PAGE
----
I came across this article in Parenting magazine and this section really stuck out to me...it is so true. Motherhood changes everything.
"...But just because a mom isn't pondering politics and art or the latest dire reports on climate change doesn't mean she isn't using the best of her mind. All the time I wasn't reading books or watching the news, I was thinking --about how to give my children boundaries that would make them feel secure but not thwart their natural sense of adventure; about how to foster curiosity and kindness and gratitude and good humor; about how to help my kids feel connected to the world but not entrapped by worldliness. Without realizing it, I was getting a crash course in human development and social interaction.
Don't mental activities of this kind count as real thought? Of course. It's not the kind of thinking that lends itself to lively cocktail -- party banter, though, so it's easy -- especially in the early months -- to think that motherhood requires you to check your brain at the door. Maybe that's why we all berate ourselves at times ("But I used to read The New Yorker!"). What I've learned in 11 years of motherhood is that real thinking, the deepest kind of thinking, often has nothing to do with current events -- "news" that ceases to be new, or sometimes even noteworthy, by the end of the day.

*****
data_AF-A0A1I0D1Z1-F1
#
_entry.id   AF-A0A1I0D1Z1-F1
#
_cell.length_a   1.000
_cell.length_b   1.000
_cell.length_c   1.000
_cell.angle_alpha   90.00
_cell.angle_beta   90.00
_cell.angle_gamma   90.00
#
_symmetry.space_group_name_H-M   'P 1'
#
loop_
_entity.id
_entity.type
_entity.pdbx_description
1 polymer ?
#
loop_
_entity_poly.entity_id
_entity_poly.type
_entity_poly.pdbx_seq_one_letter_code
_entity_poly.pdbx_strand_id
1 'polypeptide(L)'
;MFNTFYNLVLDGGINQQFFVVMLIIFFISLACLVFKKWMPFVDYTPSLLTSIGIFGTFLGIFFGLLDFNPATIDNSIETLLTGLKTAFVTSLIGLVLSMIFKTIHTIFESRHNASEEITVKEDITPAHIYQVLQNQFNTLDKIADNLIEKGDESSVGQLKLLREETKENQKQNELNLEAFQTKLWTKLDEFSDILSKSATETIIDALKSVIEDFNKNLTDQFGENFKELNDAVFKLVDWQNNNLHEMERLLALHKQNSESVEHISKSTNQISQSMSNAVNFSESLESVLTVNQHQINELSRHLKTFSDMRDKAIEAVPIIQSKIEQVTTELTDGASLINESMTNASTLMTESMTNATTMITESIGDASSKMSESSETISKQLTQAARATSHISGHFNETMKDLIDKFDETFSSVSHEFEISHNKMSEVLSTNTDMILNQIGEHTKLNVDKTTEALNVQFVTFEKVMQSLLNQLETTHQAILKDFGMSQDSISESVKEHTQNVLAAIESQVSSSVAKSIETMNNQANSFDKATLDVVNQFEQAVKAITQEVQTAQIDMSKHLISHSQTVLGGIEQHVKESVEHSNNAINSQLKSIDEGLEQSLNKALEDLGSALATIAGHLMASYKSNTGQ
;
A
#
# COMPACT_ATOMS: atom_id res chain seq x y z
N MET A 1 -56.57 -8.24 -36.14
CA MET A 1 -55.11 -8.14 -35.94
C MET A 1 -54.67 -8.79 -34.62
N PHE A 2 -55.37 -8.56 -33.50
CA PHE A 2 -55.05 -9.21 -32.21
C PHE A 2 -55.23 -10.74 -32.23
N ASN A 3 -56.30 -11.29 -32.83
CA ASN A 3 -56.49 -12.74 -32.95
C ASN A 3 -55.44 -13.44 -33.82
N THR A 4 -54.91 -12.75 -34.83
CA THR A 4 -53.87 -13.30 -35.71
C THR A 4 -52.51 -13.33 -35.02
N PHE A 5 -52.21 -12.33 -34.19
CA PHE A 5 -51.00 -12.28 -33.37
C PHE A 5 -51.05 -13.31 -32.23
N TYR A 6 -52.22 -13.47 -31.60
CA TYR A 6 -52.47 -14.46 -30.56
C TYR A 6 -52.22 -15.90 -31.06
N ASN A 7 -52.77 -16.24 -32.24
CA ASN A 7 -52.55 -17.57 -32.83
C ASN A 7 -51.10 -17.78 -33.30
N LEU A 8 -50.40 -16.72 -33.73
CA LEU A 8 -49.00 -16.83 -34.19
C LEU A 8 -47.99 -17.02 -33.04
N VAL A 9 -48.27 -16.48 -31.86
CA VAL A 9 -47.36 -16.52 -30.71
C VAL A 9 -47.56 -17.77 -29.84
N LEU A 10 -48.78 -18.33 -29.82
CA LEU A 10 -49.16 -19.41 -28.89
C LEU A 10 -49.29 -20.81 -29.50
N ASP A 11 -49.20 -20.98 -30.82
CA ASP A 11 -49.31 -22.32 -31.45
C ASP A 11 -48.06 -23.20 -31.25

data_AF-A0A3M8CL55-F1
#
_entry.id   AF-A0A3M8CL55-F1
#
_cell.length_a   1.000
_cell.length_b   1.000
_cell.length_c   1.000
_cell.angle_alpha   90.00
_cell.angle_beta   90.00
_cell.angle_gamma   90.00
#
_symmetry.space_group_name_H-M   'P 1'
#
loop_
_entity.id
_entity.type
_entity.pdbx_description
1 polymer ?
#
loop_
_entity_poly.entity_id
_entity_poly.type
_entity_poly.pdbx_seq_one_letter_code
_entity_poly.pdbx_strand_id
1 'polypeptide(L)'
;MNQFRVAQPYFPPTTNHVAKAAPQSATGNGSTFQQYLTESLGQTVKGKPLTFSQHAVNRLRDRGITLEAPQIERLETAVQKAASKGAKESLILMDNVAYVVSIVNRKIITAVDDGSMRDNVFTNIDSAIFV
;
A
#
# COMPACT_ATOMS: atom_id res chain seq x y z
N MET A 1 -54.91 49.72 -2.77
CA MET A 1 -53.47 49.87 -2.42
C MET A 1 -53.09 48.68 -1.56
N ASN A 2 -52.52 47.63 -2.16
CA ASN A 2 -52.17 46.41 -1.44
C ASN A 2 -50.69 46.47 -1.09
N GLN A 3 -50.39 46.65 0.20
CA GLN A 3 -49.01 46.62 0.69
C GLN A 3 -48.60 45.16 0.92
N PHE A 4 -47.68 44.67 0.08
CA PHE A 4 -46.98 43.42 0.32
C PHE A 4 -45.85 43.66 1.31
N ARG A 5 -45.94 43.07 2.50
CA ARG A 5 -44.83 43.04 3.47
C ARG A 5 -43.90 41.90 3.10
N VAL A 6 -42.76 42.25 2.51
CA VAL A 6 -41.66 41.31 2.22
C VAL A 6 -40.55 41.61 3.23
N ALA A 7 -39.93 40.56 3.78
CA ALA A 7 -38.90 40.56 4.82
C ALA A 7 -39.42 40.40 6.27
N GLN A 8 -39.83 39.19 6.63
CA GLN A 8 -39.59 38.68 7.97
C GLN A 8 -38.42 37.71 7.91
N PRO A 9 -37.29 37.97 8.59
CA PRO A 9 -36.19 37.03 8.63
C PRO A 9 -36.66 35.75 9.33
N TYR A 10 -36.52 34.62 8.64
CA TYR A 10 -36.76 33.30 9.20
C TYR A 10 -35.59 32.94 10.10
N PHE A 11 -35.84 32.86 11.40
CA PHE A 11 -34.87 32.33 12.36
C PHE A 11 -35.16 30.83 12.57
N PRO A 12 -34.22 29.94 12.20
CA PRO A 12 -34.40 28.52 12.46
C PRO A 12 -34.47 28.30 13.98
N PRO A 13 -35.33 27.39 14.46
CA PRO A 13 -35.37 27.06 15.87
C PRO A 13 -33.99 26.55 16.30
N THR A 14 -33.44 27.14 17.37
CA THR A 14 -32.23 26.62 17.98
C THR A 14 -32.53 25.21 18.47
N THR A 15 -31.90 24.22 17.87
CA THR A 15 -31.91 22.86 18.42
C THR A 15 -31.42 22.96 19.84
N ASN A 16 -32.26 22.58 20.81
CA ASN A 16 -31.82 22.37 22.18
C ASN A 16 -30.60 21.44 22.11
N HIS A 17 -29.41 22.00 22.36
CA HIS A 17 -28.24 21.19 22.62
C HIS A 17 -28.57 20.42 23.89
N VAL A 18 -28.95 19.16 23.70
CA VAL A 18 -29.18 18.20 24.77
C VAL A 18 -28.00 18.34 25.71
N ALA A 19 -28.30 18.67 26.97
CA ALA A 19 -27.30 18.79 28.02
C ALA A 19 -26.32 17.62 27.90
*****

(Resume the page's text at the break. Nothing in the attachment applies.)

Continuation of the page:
What a mom learns by knowing a child from its first tiny flutter is nothing less than how a human being is formed. Motherhood forces us to understand, if only so we can teach it to our children, what really matters in the small space we each have between birth and death. And the easiest way for me to learn this lesson is by living in deep, penetrating kinship with other human beings -- by living, in other words, in a family."
-By Margaret Renkl